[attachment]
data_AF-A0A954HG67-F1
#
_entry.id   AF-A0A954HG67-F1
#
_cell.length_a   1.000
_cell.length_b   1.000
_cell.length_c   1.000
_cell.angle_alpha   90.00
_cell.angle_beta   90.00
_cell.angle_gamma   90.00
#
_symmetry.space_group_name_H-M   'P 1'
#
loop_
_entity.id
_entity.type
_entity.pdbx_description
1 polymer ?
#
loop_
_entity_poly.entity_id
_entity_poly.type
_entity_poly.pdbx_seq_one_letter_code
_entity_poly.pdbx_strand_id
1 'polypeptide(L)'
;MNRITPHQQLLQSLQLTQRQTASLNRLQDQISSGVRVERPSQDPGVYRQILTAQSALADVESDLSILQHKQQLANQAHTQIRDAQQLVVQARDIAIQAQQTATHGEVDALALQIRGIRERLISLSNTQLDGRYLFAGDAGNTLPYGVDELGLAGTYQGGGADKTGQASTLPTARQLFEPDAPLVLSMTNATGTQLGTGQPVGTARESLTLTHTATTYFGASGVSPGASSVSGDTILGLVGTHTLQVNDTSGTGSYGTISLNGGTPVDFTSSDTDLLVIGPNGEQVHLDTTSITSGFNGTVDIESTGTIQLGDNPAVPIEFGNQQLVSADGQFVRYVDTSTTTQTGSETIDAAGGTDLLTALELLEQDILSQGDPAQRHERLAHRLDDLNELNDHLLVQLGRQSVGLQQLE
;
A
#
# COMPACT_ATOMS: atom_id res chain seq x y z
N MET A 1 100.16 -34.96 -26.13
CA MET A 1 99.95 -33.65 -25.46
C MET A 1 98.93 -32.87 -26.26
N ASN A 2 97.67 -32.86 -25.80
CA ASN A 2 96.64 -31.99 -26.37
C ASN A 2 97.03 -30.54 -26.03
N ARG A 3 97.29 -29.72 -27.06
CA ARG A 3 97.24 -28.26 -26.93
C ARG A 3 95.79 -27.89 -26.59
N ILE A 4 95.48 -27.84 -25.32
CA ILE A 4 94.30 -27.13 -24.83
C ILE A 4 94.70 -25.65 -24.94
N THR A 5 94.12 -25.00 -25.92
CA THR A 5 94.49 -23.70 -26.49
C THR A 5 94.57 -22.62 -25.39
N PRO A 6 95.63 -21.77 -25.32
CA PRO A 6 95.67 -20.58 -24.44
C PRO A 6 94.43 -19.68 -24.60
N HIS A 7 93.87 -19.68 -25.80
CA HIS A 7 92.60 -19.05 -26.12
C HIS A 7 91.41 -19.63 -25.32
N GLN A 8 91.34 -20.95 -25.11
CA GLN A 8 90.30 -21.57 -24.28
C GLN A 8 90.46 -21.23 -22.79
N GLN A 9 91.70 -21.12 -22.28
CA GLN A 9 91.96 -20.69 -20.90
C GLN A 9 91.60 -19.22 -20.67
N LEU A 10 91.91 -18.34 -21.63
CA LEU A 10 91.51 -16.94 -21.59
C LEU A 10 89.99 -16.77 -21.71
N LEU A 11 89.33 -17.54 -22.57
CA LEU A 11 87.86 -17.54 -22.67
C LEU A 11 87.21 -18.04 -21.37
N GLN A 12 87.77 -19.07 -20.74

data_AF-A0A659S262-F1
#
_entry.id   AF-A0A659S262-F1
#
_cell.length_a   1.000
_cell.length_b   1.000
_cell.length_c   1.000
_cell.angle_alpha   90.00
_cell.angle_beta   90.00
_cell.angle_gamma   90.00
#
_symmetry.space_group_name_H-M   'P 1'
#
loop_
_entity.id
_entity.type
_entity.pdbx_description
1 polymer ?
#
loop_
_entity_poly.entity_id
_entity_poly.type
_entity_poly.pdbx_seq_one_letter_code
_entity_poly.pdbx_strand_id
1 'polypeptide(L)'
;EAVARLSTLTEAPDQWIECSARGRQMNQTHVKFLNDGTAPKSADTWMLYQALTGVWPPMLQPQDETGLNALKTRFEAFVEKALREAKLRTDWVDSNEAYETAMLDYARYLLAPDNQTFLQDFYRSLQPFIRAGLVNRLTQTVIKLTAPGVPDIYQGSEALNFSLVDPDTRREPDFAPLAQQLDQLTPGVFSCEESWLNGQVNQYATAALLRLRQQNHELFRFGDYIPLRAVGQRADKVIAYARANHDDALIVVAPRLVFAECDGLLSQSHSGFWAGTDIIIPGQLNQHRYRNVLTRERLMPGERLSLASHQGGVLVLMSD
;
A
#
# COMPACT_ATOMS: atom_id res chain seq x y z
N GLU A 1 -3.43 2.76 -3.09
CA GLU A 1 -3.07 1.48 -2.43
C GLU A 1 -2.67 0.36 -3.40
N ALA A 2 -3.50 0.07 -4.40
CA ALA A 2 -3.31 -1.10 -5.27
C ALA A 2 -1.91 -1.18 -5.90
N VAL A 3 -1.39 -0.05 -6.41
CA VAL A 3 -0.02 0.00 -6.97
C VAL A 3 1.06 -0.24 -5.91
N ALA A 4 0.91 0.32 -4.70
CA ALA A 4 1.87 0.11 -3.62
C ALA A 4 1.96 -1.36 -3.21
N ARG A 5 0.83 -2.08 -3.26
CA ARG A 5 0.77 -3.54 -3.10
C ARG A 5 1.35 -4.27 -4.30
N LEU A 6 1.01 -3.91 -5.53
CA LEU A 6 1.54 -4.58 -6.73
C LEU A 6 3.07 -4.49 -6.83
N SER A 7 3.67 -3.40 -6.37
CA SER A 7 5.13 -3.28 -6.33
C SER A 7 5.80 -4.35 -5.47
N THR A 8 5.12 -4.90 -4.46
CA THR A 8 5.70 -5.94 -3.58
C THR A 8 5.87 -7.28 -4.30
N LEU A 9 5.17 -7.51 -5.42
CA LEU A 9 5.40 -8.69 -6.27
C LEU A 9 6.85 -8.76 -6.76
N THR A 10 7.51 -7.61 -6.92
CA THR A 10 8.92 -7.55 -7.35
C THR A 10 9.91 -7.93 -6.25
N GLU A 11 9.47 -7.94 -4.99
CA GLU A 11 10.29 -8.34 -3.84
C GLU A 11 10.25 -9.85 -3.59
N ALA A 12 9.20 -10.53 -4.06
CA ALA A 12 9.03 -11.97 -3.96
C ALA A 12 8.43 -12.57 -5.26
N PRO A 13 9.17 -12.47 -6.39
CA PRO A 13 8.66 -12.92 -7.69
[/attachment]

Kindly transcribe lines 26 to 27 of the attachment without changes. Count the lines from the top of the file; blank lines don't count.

;MNRITPHQQLLQSLQLTQRQTASLNRLQDQISSGVRVERPSQDPGVYRQILTAQSALADVESDLSILQHKQQLANQAHTQIRDAQQLVVQARDIAIQAQQTATHGEVDALALQIRGIRERLISLSNTQLDGRYLFAGDAGNTLPYGVDELGLAGTYQGGGADKTGQASTLPTARQLFEPDAPLVLSMTNATGTQLGTGQPVGTARESLTLTHTATTYFGASGVSPGASSVSGDTILGLVGTHTLQVNDTSGTGSYGTISLNGGTPVDFTSSDTDLLVIGPNGEQVHLDTTSITSGFNGTVDIESTGTIQLGDNPAVPIEFGNQQLVSADGQFVRYVDTSTTTQTGSETIDAAGGTDLLTALELLEQDILSQGDPAQRHERLAHRLDDLNELNDHLLVQLGRQSVGLQQLE
;